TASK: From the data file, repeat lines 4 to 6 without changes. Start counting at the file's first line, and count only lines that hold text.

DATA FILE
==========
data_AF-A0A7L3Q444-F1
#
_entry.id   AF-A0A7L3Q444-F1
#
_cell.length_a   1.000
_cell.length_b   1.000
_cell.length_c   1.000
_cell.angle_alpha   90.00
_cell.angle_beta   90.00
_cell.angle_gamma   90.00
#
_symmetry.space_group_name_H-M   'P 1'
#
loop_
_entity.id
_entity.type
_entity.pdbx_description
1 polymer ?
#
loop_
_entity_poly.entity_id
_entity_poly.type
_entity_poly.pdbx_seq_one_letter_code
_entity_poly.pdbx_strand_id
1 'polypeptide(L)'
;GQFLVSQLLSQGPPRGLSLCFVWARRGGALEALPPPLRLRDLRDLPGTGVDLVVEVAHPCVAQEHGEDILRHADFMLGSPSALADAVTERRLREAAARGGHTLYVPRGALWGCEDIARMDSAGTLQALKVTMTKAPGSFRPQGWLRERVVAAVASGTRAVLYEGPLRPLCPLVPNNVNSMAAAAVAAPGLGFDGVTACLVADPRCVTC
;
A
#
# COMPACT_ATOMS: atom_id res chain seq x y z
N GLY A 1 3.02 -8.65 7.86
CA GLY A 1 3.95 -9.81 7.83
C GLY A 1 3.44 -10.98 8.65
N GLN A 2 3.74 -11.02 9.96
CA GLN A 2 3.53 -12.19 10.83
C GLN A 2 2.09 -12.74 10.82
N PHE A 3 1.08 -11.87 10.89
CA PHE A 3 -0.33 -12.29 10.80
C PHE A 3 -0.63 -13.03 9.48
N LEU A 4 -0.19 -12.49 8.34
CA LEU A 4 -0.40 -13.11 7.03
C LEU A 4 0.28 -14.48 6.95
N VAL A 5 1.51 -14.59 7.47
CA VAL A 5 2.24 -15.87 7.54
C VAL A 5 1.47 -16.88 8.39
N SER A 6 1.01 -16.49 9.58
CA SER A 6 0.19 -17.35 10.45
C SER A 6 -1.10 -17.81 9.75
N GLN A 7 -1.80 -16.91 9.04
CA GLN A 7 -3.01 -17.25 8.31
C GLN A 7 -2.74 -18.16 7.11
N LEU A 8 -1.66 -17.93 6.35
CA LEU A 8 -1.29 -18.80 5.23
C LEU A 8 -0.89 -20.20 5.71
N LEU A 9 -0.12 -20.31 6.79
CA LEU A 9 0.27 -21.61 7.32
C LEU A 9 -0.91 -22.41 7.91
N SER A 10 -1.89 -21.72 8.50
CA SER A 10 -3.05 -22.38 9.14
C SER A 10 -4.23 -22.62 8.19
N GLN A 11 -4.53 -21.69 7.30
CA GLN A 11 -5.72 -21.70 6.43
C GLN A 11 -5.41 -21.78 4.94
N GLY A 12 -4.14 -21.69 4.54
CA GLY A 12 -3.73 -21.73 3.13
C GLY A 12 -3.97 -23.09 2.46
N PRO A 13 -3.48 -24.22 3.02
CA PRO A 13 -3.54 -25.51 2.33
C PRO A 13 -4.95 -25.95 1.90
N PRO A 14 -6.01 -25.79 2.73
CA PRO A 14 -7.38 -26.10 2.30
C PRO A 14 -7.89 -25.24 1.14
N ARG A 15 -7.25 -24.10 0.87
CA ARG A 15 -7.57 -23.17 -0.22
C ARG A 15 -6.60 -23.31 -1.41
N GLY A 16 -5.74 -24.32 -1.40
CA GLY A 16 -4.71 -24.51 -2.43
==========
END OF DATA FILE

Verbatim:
#
_cell.length_a   1.000
_cell.length_b   1.000